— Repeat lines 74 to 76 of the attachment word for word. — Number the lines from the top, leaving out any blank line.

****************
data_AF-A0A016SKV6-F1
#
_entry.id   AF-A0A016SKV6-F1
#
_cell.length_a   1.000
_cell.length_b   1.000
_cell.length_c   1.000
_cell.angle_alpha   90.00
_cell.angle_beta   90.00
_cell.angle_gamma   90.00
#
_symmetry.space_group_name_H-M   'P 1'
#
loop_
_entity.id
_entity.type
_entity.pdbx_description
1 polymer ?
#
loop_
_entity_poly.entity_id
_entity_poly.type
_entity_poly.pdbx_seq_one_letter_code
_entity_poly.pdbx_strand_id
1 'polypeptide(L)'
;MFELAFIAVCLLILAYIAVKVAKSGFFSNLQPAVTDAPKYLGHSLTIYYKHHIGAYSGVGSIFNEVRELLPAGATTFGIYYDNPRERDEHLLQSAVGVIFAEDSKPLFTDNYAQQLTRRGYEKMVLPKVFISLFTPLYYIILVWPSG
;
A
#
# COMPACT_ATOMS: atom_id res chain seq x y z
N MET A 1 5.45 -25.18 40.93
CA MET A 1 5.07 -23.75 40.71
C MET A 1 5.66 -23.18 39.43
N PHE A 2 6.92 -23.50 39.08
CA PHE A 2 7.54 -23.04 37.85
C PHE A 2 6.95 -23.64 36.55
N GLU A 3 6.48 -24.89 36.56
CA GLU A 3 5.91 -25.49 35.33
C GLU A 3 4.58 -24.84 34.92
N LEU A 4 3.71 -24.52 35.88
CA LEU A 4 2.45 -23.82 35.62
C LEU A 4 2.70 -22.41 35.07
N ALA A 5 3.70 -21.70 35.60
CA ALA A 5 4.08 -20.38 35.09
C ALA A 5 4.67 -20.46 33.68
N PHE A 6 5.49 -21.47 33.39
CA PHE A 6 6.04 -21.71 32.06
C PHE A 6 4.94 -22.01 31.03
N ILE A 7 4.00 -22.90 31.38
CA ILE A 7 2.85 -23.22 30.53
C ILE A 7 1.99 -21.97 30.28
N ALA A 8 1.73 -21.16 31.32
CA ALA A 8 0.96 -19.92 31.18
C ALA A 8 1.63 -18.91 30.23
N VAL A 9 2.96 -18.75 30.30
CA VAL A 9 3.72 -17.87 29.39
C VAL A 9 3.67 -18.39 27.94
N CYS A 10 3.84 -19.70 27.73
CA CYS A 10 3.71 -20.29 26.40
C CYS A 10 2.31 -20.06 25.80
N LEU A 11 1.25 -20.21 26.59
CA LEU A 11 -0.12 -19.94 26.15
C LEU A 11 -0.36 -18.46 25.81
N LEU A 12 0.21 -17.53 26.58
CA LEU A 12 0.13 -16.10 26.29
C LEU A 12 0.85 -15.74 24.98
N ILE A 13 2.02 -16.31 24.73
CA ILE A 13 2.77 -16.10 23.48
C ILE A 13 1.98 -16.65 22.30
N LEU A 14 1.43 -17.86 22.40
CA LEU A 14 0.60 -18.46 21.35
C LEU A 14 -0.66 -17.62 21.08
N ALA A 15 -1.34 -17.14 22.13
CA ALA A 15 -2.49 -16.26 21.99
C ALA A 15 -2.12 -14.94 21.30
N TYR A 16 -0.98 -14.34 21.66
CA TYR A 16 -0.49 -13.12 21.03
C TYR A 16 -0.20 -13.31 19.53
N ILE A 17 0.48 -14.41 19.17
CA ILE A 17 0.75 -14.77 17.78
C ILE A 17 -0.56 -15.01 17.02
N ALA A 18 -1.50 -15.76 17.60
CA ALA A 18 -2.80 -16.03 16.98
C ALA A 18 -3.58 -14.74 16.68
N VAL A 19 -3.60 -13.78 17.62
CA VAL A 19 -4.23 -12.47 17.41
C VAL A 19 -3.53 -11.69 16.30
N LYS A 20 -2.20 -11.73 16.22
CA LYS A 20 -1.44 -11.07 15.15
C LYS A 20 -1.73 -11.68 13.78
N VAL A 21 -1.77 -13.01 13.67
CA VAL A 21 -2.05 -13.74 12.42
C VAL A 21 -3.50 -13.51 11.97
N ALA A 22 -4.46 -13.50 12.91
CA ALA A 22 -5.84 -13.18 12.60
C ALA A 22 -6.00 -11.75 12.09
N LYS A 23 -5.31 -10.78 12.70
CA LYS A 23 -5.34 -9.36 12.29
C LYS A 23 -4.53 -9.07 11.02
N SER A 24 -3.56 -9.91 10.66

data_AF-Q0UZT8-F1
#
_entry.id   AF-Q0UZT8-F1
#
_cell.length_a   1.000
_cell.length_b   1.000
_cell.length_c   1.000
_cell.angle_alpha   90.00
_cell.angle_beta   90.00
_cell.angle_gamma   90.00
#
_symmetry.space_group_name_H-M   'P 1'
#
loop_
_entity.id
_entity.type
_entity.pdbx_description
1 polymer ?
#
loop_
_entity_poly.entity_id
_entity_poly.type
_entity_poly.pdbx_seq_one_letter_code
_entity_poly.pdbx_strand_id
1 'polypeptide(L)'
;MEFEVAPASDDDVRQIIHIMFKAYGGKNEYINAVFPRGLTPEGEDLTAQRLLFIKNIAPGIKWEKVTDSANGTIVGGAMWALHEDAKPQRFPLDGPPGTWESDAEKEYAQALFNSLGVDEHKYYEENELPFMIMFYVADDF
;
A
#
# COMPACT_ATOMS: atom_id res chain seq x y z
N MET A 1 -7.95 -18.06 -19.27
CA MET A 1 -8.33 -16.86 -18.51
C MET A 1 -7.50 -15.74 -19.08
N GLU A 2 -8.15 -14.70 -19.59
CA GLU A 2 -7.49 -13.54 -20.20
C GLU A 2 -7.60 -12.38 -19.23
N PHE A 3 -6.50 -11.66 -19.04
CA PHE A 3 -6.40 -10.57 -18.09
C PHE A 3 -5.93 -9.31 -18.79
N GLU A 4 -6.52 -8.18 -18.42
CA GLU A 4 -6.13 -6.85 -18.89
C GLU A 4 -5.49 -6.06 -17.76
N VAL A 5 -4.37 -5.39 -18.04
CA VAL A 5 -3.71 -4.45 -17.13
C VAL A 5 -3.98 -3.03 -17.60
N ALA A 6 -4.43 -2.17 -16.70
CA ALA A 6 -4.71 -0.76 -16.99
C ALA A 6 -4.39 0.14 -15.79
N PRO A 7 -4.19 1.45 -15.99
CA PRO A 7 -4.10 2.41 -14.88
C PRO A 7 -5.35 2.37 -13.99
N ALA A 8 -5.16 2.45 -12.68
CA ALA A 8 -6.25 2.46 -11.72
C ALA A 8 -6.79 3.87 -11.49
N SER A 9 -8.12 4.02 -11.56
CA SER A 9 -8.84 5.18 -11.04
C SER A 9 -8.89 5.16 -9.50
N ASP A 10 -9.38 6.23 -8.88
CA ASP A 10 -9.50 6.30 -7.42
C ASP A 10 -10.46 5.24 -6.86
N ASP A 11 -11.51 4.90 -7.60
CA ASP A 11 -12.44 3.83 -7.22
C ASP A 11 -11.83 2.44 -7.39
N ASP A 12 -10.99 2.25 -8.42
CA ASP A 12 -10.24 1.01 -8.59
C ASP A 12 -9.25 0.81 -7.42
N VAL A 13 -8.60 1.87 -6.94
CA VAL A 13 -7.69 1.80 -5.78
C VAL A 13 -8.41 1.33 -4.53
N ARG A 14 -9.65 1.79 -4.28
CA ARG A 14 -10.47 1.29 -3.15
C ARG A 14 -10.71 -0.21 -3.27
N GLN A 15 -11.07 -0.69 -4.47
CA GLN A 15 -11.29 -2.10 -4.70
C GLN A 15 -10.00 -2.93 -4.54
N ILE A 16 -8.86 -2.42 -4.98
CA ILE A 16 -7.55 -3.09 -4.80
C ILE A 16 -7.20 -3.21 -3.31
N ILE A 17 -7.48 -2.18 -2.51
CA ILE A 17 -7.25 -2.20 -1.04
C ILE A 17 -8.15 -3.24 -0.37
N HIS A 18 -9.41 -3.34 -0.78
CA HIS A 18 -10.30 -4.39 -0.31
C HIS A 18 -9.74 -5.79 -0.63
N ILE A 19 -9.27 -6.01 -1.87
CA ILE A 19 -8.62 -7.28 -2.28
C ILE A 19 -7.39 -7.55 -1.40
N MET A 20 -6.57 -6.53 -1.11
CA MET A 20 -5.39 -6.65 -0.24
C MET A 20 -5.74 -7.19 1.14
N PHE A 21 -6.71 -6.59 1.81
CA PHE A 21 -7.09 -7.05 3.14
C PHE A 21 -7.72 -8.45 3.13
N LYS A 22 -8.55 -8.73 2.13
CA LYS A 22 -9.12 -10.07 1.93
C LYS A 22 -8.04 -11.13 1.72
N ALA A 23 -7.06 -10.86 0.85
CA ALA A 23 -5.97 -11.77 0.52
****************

CA ALA A 15 -2.49 -16.26 21.99
C ALA A 15 -2.12 -14.94 21.30
N TYR A 16 -0.98 -14.34 21.66